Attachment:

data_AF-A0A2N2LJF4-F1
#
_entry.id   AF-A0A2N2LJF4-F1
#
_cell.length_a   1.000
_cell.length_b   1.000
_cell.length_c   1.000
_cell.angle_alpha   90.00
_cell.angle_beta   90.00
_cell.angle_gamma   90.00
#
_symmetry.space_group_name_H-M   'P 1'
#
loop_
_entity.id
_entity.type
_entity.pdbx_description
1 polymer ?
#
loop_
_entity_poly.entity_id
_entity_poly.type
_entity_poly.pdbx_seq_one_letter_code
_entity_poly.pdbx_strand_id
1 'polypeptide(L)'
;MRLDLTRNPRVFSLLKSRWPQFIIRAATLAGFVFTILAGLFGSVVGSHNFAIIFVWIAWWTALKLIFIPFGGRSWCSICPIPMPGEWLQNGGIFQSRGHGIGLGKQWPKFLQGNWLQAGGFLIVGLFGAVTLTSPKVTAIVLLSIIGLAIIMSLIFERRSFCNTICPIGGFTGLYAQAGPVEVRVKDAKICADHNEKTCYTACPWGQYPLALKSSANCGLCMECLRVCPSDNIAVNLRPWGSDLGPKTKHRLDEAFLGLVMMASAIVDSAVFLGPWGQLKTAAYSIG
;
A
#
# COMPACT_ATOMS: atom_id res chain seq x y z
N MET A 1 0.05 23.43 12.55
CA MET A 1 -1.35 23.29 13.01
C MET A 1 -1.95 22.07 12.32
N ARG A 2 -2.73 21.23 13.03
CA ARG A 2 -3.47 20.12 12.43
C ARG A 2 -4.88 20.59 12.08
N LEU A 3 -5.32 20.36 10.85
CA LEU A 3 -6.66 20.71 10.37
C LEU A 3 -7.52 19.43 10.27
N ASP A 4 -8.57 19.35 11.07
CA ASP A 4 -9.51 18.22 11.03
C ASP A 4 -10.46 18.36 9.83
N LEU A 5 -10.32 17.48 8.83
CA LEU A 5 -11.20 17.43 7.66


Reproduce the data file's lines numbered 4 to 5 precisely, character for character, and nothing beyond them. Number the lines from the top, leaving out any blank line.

#
_cell.length_a   1.000